The Leading Scientific College.
The method of instruction is different from that at Harvard, and yet not the ordinary method of prescribed work. In the freshman year the work is a prescribed course, the same for all, and includes a course in military tactics. Military drill is required of the men in order that the Institute can obtain a yearly grant from the government. The freshman cadets make a fine battalion of several companies, drilling in the gymnasium several times each week. At the close of the freshman year the student is allowed to choose one of the following ten courses: civil, mechanical, electrical, or mining engineering, architecture, chemistry, natural history, biology, physics, or the general course. When his choice is once made, the student is required to follow it up through the regular studies pertaining to it, during the remainder of his course. There are, in addition, a few optional studies, but so much time is necessary to accomplish the required work that few men avail themselves of the chance to study extras. Indeed, such hard application is necessary to meet the requirements to obtain a degree that many, even good students, have to give up the task and become special students. This is clearly demonstrated by comparing the size of the classes. At present '85 has 30 men; '86 has 60; '87 has 85, and '88 has 193. Thus special students have become a prominent feature of the Technology, numbering 211, or 36 per cent. of the whole number. Another feature worth noticing is the instruction given to graduates, of whom there are over thirty, gathered from many colleges, and including Harvard A. B's. The corps of professors, instructors, assistants and lecturers, who are charged with the duty of teaching these men, numbers 63, of whom 28 comprise the faculty. At their head is president Francis W. Walker, one of the leading economists of the country, formerly in charge of the U. S. census of 1880; and among the professors are such men as John D. Runkle, Wm. P. Atkinson and Alpheus Hyatt.
Besides the regular scientific college course, the corporation has established two schools for manual training, the School of Mechanic Arts, with 66 men, and the Lowell School of Design, with 61 men and women. These bring up the total number of persons receiving instructions under the care of the corporation 709; but the two manual schools cannot properly be considered collegiate in nature. The Institute, situated as it is in the midst of the city, where land is very valuable, has no dormitories. The buildings belonging to it are four in number, the original Rogers Building, the New Building, the "Shops," and the Gymnasium and Drill Hall. The first two contain the lecture and drawing rooms, the laboratories, the collections and some of the work rooms. The "Shops" is a building devoted almost entirely to manual work, while the fourth and last building is devoted to the uses which its name implies.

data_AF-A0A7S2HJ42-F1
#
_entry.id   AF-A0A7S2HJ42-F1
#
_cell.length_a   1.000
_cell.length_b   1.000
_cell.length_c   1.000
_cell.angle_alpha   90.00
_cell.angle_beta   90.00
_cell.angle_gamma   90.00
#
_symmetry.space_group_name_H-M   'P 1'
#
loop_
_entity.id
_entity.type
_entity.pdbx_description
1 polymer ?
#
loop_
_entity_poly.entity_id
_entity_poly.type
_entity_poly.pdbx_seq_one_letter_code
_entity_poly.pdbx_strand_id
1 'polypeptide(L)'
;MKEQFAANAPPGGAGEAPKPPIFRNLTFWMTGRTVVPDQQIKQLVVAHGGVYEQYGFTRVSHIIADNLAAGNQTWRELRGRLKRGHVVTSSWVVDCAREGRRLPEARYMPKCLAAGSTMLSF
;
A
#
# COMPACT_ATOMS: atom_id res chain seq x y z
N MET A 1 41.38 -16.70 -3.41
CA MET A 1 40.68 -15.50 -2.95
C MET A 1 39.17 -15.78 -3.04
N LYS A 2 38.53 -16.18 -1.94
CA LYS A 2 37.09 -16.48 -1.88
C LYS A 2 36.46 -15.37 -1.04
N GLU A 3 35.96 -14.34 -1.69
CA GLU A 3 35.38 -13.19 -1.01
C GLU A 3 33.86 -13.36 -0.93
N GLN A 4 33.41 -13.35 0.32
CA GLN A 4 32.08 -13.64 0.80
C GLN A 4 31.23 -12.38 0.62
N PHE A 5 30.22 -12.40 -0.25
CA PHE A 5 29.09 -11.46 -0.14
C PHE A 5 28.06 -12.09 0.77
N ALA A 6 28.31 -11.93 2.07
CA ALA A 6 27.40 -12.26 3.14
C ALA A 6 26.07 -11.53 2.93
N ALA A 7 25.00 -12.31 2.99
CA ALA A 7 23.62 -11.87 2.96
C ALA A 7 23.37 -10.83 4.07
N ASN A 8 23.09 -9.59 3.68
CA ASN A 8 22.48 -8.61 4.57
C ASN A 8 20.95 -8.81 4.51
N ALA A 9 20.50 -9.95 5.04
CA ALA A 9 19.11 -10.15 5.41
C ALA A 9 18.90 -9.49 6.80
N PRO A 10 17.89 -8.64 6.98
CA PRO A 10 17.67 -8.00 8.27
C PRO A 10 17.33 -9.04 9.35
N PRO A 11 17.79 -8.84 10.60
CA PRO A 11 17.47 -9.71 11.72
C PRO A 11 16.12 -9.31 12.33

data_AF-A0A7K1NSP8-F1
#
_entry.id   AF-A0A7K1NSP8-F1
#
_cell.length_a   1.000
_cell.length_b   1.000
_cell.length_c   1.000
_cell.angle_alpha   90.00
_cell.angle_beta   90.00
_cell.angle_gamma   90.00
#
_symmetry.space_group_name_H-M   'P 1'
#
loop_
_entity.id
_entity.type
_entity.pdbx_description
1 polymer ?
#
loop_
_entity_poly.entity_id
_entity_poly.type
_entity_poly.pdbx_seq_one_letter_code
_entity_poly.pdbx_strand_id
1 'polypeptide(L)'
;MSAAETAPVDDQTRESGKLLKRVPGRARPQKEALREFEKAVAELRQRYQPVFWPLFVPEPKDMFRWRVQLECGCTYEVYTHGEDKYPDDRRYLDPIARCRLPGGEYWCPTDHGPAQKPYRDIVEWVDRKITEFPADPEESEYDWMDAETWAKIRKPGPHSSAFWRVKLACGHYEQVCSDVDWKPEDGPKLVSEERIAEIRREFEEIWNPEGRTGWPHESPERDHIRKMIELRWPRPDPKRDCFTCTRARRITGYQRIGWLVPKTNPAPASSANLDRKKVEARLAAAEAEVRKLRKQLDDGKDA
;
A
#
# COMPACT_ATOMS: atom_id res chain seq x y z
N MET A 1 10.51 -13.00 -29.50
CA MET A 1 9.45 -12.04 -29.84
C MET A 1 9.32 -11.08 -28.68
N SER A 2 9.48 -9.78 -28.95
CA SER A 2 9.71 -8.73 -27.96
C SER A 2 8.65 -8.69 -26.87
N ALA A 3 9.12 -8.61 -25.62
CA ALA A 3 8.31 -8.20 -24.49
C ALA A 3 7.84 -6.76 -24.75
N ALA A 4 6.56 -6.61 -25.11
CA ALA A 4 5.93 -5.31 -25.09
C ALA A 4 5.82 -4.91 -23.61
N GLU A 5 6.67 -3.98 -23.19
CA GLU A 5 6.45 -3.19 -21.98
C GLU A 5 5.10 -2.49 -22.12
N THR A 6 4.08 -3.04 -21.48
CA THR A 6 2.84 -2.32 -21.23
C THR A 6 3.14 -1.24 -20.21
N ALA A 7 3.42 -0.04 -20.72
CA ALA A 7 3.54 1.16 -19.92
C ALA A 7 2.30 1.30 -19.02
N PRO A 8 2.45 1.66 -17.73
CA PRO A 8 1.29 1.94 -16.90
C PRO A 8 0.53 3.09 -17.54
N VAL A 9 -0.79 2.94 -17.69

With so much work on their hands the question naturally rises; "What means of recreation and pleasure do the students enjoy? They have the advantage of easy access to all the public amusements which a large city like Boston affords, but beyond that their means are limited. Not having any regular athletic grounds, their opportunities for out-of-door games are rather poor. It is largely to this cause and the want of leisure hours that the "Tech" men have figured so poorly in athletics. Moreover, the spring term closing at the end of May brings the examination period so early that little time is afforded for practice at that season of the year. In-doors the men have their own gymnasium, which is but poorly fitted up, and the B. Y. M. C. A. gymnasium even nearer, of which many men are members. There is a flourishing athletic club in the Institute which holds two or three meetings every winter and a field meeting in the spring. Tug-of-war pulling is one of their specialties, as several Harvard teams have found out to their cost. Social clubs and entertainments among the students are few. There is a glee club and orchestra, both of recent date, and two secret societies, to 2 G, composed of miners. and a chapter of the Gamma Sigma Upsilon, the civil engineers society. Hops at the gymnasium, a senior ball, and class suppers complete the slender round of amusement for the men of the Institute. The hard work required certainly turns out very capable men, but to obtain their degrees the students have to forego most of the pleasures and social intercourse which make life at most other colleges so pleasant as well as useful.